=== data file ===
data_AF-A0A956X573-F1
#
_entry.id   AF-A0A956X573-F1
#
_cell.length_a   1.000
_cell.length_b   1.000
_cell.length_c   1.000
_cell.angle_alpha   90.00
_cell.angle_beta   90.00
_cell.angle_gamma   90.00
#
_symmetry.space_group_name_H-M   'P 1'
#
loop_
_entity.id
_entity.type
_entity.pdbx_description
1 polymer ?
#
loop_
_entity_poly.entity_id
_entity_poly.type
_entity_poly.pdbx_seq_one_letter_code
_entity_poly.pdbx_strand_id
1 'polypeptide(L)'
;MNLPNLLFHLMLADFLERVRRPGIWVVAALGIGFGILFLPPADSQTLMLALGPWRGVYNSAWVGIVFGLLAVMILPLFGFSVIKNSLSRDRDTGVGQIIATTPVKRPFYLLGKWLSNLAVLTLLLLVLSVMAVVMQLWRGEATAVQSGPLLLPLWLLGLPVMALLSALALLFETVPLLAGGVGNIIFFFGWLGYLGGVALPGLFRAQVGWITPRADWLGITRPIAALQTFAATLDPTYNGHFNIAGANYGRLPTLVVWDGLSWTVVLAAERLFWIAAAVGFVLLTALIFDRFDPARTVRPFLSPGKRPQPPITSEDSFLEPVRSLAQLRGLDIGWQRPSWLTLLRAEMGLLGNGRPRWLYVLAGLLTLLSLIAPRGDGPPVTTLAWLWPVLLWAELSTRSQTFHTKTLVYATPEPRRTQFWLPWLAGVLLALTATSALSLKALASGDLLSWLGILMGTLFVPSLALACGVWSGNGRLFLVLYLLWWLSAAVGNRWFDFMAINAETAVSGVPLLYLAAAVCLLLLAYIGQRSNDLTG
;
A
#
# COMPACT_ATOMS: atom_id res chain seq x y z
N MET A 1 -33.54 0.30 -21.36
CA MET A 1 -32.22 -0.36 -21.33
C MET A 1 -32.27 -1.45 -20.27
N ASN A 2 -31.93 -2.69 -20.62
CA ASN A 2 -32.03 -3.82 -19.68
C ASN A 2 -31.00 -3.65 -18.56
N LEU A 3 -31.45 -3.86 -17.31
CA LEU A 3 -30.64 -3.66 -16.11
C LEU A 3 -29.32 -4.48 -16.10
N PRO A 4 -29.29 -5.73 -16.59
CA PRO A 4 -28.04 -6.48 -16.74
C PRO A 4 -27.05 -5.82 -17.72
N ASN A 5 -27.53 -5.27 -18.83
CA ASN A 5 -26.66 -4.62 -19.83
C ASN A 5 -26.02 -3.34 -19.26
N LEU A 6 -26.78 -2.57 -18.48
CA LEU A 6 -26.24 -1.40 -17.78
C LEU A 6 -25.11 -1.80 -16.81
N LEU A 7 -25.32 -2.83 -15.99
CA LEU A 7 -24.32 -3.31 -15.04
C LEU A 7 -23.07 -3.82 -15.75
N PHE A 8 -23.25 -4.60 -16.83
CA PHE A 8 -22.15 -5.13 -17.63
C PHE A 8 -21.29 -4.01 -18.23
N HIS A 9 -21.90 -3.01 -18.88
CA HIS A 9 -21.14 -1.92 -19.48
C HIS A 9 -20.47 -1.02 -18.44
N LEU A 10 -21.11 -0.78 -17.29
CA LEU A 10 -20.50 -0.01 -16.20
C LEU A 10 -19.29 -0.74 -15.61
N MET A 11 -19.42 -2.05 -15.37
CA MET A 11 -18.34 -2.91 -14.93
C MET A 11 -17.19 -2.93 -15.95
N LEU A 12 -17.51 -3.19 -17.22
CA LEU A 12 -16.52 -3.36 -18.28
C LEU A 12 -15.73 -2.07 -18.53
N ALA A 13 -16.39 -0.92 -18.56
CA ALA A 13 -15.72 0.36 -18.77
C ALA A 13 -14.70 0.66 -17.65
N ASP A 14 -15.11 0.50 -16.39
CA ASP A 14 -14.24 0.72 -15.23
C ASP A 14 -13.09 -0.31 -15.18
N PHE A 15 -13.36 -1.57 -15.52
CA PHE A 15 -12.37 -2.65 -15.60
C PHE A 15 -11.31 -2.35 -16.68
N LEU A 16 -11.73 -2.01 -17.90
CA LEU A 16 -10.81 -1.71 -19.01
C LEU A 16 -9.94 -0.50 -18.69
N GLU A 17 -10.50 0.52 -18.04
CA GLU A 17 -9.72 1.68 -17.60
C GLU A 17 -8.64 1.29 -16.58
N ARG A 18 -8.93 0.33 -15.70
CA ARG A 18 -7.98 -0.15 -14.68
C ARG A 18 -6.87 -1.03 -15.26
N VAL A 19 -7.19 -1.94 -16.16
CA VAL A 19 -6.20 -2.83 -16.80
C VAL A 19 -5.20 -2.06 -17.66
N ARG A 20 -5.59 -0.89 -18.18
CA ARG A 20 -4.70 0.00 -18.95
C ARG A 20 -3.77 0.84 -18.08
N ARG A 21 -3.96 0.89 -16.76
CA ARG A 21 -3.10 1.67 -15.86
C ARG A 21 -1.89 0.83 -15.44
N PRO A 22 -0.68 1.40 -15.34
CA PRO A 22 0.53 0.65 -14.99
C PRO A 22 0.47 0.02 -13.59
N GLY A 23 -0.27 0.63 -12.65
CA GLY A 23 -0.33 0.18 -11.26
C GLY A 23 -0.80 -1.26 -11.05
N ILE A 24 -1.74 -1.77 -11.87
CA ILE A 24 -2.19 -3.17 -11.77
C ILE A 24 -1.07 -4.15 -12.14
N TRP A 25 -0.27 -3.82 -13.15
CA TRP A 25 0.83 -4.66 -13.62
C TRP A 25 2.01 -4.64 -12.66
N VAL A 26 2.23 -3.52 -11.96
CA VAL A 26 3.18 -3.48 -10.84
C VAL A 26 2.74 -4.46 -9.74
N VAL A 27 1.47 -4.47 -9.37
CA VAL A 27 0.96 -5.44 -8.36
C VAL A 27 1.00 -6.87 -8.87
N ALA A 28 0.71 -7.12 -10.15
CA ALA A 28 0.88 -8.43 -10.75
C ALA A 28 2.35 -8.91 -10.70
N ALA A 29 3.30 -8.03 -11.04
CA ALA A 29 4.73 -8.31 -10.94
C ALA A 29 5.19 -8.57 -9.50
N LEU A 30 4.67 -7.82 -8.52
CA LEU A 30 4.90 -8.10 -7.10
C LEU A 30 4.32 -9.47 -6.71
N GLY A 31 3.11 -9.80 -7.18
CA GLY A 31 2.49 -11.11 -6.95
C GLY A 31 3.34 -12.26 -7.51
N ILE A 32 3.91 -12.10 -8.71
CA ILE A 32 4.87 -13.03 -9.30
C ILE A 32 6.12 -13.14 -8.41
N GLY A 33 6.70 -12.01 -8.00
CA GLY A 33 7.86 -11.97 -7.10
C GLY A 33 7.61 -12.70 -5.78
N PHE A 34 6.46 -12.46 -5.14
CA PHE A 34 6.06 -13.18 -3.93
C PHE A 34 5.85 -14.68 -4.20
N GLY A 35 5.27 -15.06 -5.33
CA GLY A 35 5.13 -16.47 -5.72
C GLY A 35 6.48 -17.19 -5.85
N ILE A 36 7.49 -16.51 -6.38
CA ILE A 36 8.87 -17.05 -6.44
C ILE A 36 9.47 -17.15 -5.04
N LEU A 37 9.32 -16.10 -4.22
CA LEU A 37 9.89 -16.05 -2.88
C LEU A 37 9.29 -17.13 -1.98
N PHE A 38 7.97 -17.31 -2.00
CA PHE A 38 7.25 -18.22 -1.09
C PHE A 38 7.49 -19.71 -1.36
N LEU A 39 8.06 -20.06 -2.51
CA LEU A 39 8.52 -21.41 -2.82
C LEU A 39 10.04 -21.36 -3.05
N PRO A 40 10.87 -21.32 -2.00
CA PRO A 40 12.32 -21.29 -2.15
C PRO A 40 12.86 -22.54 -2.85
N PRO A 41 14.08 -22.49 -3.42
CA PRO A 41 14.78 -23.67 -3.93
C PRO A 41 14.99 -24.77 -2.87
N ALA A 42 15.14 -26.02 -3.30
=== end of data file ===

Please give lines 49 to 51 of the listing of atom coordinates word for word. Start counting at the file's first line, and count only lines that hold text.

N LEU A 7 -25.32 -2.83 -15.99
CA LEU A 7 -24.32 -3.31 -15.04
C LEU A 7 -23.07 -3.82 -15.75